2012 Jeep Wrangler - Weekender - Part 4Posted in Project Vehicles on June 1, 2013 Comment (0)
The previous parts of our ’12 Wrangler buildup have focused on mostly mechanical upgrades to make our Jeep more functional on the trail. With these upgrades we have built a Jeep that is just as comfortable off-road as it is on the highway, achieving the goals we set forth from the beginning. In this installment, we’ll wrap up our initial buildup with products that contribute more to daily functionality.
One of the first things we addressed was interior protection. For some reason the stock Wrangler has no sill guards and comes with carpeted floor mats from the factory. To protect the doorsills and carpet from damaged caused by dirty shoes, we opted for Mopar’s doorsill guards and tire tread rubber floor mats. These mats look cool with their tire tread pattern and do a good job of keeping dirt and muck isolated, making for easier cleanup.
Another thing lacking on stock Wranglers are heavy-duty grab handles. To aid in ingress and egress, we installed the MasterCraft Safety four-piece JK Grab Handle Kit. These handles are made from tough nylon webbing and they feature a five-inch Thermo-Press handle that won’t collapse under weight. An additional strap, for a total of three, on the front handles secures them to the Sport Bar and keeps them from sliding fore and aft, an issue on other handles. The rear handles are designed with grommets that use existing hardware in the sound bar, and are at a great location for rear passengers to hoist themselves up and in.
Once you are in, you might notice that the black-painted composite hardtop isn’t the best insulator. And while the ’12 Wrangler has an upgraded air conditioning system, heat from a hot summer day can be felt through the top. To help us keep the interior temp where we want it, we decided to add Insul-Liner insulation panels. The panels are handmade to order and are over one-inch-thick. Made from closed-cell foam, two layers of foil, a soft insulation, and then covered by marine-grade vinyl, the panels are easily installed. Once in place, Insul-Liner panels can drop the temperature from the roof surface to the interior by a remarkable and noticeable 50 degrees. Insul-Liner tells us they also do a great job of keeping the heat in on those cold winter days too.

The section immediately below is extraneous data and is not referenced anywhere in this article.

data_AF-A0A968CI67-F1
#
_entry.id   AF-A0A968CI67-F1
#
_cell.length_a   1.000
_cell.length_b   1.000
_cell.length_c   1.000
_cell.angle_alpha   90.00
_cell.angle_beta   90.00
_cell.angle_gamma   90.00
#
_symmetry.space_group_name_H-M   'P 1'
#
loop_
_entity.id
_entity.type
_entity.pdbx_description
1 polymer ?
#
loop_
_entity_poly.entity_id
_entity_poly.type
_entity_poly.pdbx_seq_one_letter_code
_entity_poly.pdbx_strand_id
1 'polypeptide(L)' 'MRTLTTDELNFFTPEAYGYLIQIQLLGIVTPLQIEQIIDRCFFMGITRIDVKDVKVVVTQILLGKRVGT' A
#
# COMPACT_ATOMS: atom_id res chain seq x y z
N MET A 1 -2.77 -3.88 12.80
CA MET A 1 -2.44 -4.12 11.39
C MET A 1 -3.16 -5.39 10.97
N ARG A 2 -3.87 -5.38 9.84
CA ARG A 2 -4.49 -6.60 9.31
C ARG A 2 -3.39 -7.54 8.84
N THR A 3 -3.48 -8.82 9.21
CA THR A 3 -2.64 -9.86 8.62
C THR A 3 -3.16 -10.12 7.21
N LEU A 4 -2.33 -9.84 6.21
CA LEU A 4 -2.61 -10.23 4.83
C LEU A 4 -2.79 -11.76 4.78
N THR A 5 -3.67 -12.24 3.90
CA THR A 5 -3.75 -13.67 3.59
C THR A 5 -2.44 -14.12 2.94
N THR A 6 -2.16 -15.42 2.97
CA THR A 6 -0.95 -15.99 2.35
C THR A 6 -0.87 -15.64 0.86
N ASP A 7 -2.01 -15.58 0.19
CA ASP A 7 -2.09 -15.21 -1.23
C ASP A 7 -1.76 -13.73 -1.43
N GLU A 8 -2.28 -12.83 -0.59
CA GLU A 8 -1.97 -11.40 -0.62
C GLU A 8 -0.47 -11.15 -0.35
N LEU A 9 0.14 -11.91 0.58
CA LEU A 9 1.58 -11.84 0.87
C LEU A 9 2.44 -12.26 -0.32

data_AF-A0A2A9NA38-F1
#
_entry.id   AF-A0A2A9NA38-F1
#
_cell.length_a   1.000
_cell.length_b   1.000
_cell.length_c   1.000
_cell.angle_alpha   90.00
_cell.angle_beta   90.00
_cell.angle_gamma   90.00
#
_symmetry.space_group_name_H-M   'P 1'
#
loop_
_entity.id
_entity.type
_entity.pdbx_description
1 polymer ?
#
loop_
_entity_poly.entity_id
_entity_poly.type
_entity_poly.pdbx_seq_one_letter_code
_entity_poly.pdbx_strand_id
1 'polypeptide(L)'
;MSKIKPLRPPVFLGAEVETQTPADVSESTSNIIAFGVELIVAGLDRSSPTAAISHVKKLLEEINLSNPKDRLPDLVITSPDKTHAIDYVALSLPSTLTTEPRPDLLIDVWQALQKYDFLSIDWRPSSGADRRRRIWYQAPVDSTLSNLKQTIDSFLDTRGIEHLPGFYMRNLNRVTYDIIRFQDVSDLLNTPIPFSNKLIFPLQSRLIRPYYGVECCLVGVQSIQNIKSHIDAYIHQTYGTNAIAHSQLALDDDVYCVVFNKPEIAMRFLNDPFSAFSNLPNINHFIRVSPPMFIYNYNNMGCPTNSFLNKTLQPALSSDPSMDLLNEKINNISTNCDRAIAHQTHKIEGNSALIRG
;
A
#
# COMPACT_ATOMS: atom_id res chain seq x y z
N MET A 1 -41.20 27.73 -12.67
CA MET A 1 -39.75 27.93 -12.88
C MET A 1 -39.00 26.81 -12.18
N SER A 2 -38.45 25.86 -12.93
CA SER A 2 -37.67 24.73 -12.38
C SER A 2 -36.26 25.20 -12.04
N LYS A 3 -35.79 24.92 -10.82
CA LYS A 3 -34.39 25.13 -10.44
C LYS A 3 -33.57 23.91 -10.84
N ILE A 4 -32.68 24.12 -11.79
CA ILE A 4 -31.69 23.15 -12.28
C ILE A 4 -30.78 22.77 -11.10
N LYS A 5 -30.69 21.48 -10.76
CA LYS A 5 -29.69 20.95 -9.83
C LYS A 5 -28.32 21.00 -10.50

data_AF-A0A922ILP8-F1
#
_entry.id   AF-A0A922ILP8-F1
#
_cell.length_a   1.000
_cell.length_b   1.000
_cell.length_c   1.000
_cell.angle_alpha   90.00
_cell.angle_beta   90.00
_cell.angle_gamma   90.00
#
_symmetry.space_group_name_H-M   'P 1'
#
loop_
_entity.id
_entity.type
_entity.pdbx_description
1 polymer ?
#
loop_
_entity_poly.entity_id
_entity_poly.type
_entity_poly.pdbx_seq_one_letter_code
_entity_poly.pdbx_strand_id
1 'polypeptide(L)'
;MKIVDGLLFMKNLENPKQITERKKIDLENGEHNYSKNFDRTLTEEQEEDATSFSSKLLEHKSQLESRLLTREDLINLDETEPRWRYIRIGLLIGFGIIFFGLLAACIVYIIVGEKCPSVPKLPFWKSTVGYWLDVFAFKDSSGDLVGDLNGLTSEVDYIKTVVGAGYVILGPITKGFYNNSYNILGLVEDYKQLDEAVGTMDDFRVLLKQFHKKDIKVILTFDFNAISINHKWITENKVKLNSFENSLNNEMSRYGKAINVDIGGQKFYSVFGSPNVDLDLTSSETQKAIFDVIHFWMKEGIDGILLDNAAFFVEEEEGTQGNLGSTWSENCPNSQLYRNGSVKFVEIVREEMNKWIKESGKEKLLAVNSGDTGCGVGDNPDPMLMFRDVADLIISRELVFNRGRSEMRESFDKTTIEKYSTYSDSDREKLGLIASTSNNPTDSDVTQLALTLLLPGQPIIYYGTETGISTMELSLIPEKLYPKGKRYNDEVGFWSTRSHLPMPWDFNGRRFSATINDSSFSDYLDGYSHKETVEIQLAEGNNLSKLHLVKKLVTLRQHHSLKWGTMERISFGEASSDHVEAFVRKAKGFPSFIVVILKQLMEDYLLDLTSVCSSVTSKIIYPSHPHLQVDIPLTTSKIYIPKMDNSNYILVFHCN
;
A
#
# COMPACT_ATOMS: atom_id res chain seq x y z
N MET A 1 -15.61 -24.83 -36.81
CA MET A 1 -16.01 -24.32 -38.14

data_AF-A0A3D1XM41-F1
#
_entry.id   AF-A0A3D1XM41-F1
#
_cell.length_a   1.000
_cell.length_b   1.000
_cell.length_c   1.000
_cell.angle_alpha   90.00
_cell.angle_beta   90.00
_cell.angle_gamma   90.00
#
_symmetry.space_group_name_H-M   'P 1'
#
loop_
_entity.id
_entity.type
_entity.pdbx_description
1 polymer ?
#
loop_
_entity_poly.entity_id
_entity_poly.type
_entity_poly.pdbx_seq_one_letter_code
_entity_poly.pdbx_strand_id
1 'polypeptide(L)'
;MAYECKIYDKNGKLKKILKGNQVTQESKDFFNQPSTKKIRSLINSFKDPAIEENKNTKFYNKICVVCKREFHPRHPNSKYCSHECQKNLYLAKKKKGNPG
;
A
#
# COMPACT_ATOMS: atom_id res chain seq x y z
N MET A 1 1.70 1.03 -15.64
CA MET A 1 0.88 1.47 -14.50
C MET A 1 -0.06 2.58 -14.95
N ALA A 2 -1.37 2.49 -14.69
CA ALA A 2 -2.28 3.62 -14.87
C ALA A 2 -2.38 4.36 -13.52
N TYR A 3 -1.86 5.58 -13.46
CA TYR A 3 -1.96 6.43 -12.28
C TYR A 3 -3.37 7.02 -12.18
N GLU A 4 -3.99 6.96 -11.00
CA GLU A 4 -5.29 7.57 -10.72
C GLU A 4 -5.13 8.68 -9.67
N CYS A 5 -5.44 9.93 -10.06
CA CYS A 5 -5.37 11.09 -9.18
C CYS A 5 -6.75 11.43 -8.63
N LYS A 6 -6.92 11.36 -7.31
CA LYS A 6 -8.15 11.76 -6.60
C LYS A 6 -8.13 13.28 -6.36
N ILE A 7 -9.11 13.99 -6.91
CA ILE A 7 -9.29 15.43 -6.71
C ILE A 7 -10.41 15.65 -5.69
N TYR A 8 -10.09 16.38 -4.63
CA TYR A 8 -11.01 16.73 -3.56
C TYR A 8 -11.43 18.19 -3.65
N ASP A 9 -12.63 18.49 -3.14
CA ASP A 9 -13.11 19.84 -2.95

With our comfort addressed, we wanted to get in to more functional aspects of our interior, so we added lockable storage in the form of Bestop’s Under Seat Locking Storage Box. Available for the both the JK and TJ, this 16-gauge carbon steel box installs inconspicuously under the driver-seat. The JK version of the box measures 17x7.5x3.75 inches and literally installs in under 10 minutes. With 205 cubic inches of interior volume, the sliding drawer has enough space to secure your wallet, keys, and even a handgun. It provides a great, somewhat-hidden location for those who need to secure valuables when the top is removed.
Another storage issue with the ’11-’12 Wrangler interior is finding a place to mount a CB. After installing our Cobra WX ST 75 CB radio, we were at a loss for where to mount the handheld mic. Unlike the ’07-’10 Wranglers, which have plenty of aftermarket support, and many flat spots for mounting, the progressive ’11-’12 interiors are deficient for CB-mounting. After hours of Googling, we found a bracket made by Panavise that attaches to the stereo head-unit bolts and keeps our CB mic within easy reach, but out of the way. So far this has been the best mounting solution we’ve found for the new interior.